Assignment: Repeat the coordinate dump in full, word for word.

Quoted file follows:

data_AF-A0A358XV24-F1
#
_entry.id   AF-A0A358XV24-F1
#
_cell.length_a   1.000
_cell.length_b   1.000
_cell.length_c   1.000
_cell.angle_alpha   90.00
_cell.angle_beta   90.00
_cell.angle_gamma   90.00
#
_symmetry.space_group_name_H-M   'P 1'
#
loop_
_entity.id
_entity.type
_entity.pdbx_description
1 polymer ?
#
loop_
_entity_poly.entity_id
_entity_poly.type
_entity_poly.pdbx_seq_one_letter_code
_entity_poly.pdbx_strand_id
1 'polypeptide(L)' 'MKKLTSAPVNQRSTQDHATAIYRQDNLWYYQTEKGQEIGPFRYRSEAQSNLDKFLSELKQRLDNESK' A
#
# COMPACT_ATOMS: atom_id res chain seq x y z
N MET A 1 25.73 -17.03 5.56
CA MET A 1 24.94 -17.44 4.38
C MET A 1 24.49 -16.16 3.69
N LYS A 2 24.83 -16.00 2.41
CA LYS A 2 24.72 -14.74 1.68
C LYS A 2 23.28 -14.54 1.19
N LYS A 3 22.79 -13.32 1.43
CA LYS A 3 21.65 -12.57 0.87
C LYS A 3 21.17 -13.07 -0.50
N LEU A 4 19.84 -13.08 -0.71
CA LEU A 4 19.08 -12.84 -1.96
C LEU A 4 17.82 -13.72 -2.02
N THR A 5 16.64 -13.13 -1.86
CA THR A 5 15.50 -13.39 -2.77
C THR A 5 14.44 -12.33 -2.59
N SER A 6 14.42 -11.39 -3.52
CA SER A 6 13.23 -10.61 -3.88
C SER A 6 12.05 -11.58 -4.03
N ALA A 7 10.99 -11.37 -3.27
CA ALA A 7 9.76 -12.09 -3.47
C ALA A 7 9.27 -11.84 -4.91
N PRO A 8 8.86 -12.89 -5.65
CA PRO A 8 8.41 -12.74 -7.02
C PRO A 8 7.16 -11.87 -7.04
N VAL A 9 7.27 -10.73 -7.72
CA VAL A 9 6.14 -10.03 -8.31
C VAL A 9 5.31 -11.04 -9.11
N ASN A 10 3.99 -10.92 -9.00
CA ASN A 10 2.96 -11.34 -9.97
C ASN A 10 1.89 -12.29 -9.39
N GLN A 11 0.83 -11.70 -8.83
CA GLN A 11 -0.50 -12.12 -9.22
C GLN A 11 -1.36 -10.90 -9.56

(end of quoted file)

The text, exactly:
data_AF-A0A358XV24-F1
#
_entry.id   AF-A0A358XV24-F1
#
_cell.length_a   1.000
_cell.length_b   1.000
_cell.length_c   1.000
_cell.angle_alpha   90.00
_cell.angle_beta   90.00
_cell.angle_gamma   90.00
#
_symmetry.space_group_name_H-M   'P 1'
#
loop_
_entity.id
_entity.type
_entity.pdbx_description
1 polymer ?
#
loop_
_entity_poly.entity_id
_entity_poly.type
_entity_poly.pdbx_seq_one_letter_code
_entity_poly.pdbx_strand_id
1 'polypeptide(L)' 'MKKLTSAPVNQRSTQDHATAIYRQDNLWYYQTEKGQEIGPFRYRSEAQSNLDKFLSELKQRLDNESK' A
#
# COMPACT_ATOMS: atom_id res chain seq x y z
N MET A 1 25.73 -17.03 5.56
CA MET A 1 24.94 -17.44 4.38
C MET A 1 24.49 -16.16 3.69
N LYS A 2 24.83 -16.00 2.41
CA LYS A 2 24.72 -14.74 1.68
C LYS A 2 23.28 -14.54 1.19
N LYS A 3 22.79 -13.32 1.43
CA LYS A 3 21.65 -12.57 0.87
C LYS A 3 21.17 -13.07 -0.50
N LEU A 4 19.84 -13.08 -0.71
CA LEU A 4 19.08 -12.84 -1.96
C LEU A 4 17.82 -13.72 -2.02
N THR A 5 16.64 -13.13 -1.86
CA THR A 5 15.50 -13.39 -2.77
C THR A 5 14.44 -12.33 -2.59
N SER A 6 14.42 -11.39 -3.52
CA SER A 6 13.23 -10.61 -3.88
C SER A 6 12.05 -11.58 -4.03
N ALA A 7 10.99 -11.37 -3.27
CA ALA A 7 9.76 -12.09 -3.47
C ALA A 7 9.27 -11.84 -4.91
N PRO A 8 8.86 -12.89 -5.65
CA PRO A 8 8.41 -12.74 -7.02
C PRO A 8 7.16 -11.87 -7.04
N VAL A 9 7.27 -10.73 -7.72
CA VAL A 9 6.14 -10.03 -8.31
C VAL A 9 5.31 -11.04 -9.11
N ASN A 10 3.99 -10.92 -9.00
CA ASN A 10 2.96 -11.34 -9.97
C ASN A 10 1.89 -12.29 -9.39
N GLN A 11 0.83 -11.70 -8.83
CA GLN A 11 -0.50 -12.12 -9.22
C GLN A 11 -1.36 -10.90 -9.56